Some call felony charges for protesters ‘excessive’

Salt Lake City Protests

SALT LAKE CITY (ABC4 News) – Controversial new charges have come down against several protesters who prosecutors said vandalized the Salt Lake County District Attorney’s Office during a July demonstration.

Some of the protesters face felony charges, and now some Utah officials and organizations are calling the possible punishment excessive.

According to documents filed in Third District Court, Madalena McNeil, 28, and at least two others face felony charges that carry a gang enhancement that could be punishable by a life sentence.

The charges stem from a July protest outside the Salt Lake County District Attorney’s Office. Protesters called for justice for Bernardo Palacios Carbajal, 22, who was shot and killed by Salt Lake City police officers in May. District Attorney Sim Gill ruled the shooting legally justified and declined to charge the officers.

In the hours after the ruling, protesters gathered and marched through the streets of downtown Salt Lake City. After windows were broken and the district attorney building was defaced with red paint, police declared the demonstrations “unlawful.”

Investigators said McNeil bought the red paint. According to documents, a detective “viewed surveillance video from the Home Depot located at 328 West 2100 South and was able to identify Madalena Rose McNeil as purchasing the paint and paint supplies just before the protest began.”

Salt Lake City Mayor Erin Mendenhall took to social media to call the charges extreme.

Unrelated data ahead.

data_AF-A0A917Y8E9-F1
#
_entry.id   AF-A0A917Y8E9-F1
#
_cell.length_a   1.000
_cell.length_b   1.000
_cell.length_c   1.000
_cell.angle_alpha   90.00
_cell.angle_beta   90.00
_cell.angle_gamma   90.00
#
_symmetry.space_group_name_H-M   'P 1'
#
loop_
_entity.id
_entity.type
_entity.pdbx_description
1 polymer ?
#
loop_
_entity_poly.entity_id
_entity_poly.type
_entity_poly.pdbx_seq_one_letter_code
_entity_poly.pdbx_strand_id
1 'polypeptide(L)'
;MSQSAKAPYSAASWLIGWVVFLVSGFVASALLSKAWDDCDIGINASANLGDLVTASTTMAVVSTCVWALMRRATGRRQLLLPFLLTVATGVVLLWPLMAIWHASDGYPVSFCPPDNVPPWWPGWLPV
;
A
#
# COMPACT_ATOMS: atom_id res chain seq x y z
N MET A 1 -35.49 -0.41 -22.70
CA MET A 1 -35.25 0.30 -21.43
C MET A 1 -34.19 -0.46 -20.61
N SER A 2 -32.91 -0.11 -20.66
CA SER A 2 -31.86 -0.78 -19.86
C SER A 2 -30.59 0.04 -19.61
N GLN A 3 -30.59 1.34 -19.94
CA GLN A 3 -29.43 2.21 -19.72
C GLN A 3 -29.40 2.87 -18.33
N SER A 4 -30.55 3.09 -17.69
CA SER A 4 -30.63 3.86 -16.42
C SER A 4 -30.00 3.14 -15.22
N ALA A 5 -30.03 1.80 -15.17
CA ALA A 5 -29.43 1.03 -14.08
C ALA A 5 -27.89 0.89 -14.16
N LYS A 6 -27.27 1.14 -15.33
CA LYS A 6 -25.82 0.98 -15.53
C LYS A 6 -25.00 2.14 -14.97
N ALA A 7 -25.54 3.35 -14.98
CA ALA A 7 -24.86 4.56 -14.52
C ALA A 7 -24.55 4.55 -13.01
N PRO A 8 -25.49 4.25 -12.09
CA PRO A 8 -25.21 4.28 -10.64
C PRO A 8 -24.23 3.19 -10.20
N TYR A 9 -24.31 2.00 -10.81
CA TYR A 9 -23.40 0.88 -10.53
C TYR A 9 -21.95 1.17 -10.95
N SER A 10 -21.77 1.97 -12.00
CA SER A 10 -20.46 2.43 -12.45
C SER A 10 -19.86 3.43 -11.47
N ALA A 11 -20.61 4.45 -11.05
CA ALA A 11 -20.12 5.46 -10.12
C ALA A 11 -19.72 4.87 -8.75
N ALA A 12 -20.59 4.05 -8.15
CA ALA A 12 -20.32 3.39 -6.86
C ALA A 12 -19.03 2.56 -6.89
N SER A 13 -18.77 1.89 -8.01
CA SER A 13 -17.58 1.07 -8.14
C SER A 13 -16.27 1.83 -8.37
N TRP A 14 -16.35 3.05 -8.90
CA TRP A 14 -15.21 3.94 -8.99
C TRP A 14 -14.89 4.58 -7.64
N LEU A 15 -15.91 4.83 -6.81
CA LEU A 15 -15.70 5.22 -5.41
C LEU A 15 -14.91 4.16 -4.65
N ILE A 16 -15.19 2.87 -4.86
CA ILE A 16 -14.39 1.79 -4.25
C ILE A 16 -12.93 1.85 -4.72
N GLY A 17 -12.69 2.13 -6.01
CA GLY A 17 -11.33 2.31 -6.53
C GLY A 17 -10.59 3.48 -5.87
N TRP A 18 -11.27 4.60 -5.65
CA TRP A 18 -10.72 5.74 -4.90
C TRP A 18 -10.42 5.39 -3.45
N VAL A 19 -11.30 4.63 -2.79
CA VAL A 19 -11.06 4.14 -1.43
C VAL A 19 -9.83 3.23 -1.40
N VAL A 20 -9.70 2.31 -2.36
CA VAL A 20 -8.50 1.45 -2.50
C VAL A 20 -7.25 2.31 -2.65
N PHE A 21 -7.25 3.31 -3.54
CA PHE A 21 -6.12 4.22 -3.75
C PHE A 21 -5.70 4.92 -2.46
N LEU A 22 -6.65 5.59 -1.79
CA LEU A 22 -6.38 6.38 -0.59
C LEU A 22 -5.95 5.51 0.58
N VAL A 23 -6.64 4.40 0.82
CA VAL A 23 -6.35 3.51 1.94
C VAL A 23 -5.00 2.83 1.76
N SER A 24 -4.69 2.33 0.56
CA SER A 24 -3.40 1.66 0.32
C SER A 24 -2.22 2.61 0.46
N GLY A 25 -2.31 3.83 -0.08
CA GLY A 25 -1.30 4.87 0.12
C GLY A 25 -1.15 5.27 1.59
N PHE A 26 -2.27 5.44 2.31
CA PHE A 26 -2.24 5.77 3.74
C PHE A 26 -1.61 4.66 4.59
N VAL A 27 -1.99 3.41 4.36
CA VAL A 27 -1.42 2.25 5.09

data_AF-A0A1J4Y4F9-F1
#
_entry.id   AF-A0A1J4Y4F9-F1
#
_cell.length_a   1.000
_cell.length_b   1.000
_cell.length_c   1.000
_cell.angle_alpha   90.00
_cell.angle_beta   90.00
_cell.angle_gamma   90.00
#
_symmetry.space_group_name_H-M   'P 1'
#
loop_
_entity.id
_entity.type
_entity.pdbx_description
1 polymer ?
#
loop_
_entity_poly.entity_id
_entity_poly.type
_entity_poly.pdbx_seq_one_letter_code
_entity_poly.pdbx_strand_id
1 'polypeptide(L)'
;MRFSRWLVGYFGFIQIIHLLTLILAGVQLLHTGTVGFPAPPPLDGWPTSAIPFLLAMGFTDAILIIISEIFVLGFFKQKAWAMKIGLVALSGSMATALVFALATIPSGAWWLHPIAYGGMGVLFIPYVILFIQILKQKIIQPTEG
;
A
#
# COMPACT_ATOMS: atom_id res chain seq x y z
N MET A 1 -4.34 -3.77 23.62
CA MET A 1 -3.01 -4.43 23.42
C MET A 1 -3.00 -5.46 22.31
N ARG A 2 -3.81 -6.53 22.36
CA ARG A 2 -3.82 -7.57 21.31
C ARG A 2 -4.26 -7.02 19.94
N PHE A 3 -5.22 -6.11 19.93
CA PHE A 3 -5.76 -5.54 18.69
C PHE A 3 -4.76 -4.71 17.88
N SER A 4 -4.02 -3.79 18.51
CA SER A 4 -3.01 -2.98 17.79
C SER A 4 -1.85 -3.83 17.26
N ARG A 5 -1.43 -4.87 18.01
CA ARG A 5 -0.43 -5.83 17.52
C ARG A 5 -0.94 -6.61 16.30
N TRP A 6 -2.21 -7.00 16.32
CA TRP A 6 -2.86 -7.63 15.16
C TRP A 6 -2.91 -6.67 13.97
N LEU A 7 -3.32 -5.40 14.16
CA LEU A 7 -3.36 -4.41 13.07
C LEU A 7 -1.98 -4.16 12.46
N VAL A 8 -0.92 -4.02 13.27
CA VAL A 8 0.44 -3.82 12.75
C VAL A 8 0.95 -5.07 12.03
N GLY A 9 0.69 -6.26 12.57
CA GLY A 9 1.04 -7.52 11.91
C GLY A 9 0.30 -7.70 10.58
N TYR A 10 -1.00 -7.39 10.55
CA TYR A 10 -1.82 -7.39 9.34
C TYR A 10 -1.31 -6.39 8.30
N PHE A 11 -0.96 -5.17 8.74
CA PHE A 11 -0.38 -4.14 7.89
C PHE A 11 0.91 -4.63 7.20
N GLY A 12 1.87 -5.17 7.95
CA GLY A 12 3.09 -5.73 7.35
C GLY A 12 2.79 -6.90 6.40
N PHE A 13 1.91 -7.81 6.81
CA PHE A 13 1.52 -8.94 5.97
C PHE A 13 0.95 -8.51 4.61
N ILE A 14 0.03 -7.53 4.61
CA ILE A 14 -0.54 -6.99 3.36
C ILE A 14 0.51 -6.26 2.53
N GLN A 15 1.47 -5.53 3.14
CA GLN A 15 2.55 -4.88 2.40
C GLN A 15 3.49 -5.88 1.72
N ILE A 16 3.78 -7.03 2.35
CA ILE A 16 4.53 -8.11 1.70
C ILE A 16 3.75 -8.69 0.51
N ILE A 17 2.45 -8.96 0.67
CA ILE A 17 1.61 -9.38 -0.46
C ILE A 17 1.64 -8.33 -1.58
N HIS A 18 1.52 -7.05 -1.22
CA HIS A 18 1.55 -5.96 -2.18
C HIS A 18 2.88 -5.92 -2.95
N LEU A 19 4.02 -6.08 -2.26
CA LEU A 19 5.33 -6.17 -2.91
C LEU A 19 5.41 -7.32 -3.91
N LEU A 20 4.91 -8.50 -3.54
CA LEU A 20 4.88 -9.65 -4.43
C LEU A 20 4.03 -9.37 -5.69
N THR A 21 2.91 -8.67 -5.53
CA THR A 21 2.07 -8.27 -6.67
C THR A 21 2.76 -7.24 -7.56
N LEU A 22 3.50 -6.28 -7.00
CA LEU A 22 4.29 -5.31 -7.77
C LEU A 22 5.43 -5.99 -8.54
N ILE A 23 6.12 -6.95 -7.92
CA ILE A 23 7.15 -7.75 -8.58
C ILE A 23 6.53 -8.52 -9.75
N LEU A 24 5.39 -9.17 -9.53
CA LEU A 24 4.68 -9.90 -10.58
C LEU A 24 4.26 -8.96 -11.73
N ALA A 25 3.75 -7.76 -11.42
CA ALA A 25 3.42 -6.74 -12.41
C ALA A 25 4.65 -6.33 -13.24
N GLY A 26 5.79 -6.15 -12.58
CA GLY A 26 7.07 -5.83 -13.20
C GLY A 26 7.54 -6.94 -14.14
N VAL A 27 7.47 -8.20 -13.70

“If a crime is committed, there should be a consequence, but that consequence should be portion to the crime itself,” Mendenhall said in a video shared to Twitter.

District Attorney Sim Gill described the charges as “an articulation of what the evidence has presented.”

Gill explained that an incident that results in more than $5,000 in damage is classified as a second-degree felony, and any incident where the suspect works in concert with more than two people is subject to a group or gang enhancement.

Gill noted the gang enhancement has been used in several other cases where protests became destructive including the Inland Port protests and May 30 riots in downtown Salt Lake City.

“This isn’t anything new or unique. This is what our process has been all along,” said Gill.

An outside prosecutor will take over the case to avoid any possible conflict of interest.


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